Gang, running a little late this morning. My little girl turns 11 today.
You know the rules. Here's Paschall on some UT scheduling news for the fall. And yes, UT has a game set for ESPN+ only this fall. I got a few things to say about that. (Side note: UTC's trip to Kentucky also will be only available on streaming options ESPN+ or SEC Network+, which certainly can not please the UTC folks, who cherish the exposure a game on cable TV brings.)
Also, here's today's A2 column about the joy of fans and sports leading us back into a summer journey to our next normal.
As for the Rushmores, did I mention I was running late. I'll catch back up this afternoon, after I get my mullet trimmed.
To the mailbag.
Jay, is this Brooks v Bryson dust up great for golf or what? We've been dying for another great sports rivalry. The PGA has to love this right?
Will this one last? Do you see any negatives to this thing at all?
I'm 100% here for Brooks v Bryson. And that Tom Brady got involved makes it even more juicy
And in the moment, golf is loving this, but I wonder if behind the scenes whether the PGA Tour will tell them to calm down.
Bad blood and rivalries are great.
But cat fights and poor sportsmanship are not.
Right now, we're in the former. Social media shots have been fired. There have been clap-backs and everyone is aware of the tension.
But silent tension among rivals has always worked. Bird-Magic. Peyton-Brady.
The great sports rivalries are extremely tense but they are seldom overblown or oversaturated, and the Brooks-Bryson one is pointing in that direction.
I hope they go radio (and social media) silent for the foreseeable future. And then, maybe say in next spring's Masters, they are paired together in the penultimate group and we all watch with nervousness.
Like you JTC, I'm here for this, and if I'm TNT I back there Brinks truck up to Koepka's agent to see what it will take for him to be the on-course reporter with Chuck Barkley for The Match in July between Phil and Brady vs. Bryson and Aaron Rodgers.
And yes, golf needs a rivalry like this because, despite the charisma of a Jordan or a Rory or a JT, the game's going to have to fill the post-Tiger vacuum sooner rather than later.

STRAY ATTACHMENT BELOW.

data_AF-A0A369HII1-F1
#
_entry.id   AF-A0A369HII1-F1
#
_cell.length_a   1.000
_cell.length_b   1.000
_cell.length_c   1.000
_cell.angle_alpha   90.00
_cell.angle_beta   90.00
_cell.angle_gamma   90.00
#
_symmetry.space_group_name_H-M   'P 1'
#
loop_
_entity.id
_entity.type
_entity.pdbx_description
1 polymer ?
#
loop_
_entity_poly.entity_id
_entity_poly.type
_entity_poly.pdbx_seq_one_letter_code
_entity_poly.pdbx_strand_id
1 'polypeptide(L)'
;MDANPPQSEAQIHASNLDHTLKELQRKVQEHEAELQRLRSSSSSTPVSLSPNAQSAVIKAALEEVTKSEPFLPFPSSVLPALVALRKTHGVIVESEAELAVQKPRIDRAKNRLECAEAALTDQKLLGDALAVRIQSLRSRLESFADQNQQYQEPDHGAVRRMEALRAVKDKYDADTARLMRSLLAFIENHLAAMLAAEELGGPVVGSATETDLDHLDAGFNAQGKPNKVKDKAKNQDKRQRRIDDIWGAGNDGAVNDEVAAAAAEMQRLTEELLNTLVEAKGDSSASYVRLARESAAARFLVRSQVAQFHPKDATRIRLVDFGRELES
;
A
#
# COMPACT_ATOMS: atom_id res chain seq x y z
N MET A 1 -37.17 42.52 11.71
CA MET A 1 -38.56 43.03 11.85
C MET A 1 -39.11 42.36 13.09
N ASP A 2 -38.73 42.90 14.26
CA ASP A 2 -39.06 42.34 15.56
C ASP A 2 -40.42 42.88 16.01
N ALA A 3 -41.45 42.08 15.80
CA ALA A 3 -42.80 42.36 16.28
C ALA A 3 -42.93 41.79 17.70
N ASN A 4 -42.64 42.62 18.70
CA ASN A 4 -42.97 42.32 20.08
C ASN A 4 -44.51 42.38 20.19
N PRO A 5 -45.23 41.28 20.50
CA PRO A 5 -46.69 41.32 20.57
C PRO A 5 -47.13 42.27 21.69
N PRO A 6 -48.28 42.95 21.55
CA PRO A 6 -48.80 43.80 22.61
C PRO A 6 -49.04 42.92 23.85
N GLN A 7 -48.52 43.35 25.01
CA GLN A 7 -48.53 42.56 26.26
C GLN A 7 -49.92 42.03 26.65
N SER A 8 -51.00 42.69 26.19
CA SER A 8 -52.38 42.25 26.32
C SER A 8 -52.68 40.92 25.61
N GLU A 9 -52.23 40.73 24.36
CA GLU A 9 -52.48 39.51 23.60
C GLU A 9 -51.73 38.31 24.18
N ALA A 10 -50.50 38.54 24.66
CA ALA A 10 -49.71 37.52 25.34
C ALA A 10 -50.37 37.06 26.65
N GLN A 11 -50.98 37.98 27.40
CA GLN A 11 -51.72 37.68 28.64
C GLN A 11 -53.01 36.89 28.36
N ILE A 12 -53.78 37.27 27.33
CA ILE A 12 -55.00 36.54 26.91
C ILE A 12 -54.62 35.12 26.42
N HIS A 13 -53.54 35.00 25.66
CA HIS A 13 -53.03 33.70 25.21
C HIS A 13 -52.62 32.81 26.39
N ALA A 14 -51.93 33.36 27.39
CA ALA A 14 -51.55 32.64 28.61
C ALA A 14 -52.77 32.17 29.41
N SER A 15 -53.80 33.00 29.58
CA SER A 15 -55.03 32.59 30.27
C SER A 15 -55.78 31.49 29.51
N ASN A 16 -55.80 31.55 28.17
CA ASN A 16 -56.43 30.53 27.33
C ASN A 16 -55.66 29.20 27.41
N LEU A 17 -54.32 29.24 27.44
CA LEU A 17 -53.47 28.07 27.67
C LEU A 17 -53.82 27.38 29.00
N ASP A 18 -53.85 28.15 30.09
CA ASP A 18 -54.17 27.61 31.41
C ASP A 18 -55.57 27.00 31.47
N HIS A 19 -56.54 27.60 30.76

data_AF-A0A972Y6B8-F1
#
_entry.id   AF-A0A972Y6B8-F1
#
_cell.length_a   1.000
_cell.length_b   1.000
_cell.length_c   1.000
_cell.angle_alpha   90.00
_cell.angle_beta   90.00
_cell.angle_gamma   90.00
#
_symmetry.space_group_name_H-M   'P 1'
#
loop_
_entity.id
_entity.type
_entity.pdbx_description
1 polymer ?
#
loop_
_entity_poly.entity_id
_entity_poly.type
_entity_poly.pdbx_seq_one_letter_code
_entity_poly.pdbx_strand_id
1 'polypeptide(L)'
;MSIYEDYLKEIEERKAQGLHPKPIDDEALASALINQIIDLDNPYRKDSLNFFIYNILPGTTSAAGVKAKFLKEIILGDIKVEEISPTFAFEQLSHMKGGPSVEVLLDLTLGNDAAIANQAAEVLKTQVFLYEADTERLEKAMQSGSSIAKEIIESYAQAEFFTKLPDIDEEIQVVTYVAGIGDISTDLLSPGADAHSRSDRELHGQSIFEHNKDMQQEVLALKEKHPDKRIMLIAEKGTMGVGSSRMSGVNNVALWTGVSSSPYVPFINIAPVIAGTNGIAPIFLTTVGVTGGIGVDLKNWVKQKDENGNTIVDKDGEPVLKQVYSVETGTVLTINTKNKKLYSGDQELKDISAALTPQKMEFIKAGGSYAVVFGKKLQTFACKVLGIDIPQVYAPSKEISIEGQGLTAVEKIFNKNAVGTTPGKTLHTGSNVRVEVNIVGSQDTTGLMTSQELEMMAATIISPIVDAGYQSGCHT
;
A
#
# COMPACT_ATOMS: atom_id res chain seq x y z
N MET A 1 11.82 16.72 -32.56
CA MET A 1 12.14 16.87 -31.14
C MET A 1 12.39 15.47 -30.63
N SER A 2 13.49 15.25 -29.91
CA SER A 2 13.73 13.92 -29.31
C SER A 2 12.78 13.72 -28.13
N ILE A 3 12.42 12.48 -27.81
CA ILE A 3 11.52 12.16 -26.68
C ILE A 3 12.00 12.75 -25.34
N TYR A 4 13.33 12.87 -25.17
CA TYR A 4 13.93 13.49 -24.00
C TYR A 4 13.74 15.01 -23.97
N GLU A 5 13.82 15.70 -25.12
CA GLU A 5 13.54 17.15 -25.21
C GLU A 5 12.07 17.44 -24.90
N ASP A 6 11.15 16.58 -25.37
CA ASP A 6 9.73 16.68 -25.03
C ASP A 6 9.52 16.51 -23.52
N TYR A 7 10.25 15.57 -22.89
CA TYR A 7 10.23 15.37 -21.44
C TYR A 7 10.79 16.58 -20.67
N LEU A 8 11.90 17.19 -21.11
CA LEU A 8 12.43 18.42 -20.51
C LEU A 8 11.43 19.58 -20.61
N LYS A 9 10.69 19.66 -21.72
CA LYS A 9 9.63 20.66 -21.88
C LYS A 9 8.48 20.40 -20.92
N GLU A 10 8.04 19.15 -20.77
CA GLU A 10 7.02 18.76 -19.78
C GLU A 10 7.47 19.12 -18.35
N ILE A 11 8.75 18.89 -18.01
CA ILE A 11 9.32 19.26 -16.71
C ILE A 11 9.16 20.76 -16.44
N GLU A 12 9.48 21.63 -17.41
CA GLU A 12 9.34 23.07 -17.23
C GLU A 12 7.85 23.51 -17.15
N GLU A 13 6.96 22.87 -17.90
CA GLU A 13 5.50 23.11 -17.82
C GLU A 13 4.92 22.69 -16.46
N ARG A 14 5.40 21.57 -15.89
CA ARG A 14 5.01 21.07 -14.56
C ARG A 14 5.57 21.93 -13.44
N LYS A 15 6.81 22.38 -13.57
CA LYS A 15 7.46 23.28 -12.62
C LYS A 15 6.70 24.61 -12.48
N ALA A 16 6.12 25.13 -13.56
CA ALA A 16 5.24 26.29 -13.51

But we want it to be a true rivalry. Not a made-for-social-media Kardashian-like Kat fight, you know?
It also brings up an interesting conversation about sports media.
There is chatter that the Golf Channel let that video go without proper clearance, even though Koepka says something at the end along the lines f he doesn't care who sees it. It's clear an outtake and they clearly are as friendly as Tom and Jerry.
But should they have released it? I can see yes, and I can also see the side of checking with Koepka's camp too.
The other sports media moment this week was with Julio Jones and Shannon Sharpe on the phone on live TV on Fox Sports.
Was Julio unaware it was live? Was it planned — staged — between Sharpe and Jones, who are friends? Is it even good form?
I think it was more the former and I bet the NFL will claim to Fox, and when the NFL complains, networks listen. A bunch.
From the Don
So they asked a question right up your alley this morning on Good Morning Football. Can the casual football fan truly appreciate Aaron Rodgers?
The Don —
I think that may be a little presumptuous of the Good Morning Football folks to be honest. (Side note: Good Morning Football is the best sports show on TV. That or Daily Wager. I will fight on this hill.)
Of course the casual fan can appreciate Rodgers' greatness, but the hinge word is 'truly' in this sense.
And to that end, I don't know if the expert football fan can 'truly' appreciate Rodgers' greatness. In some ways, I think there's a society among those that play that position in which only they can appreciate their gifts and greatness.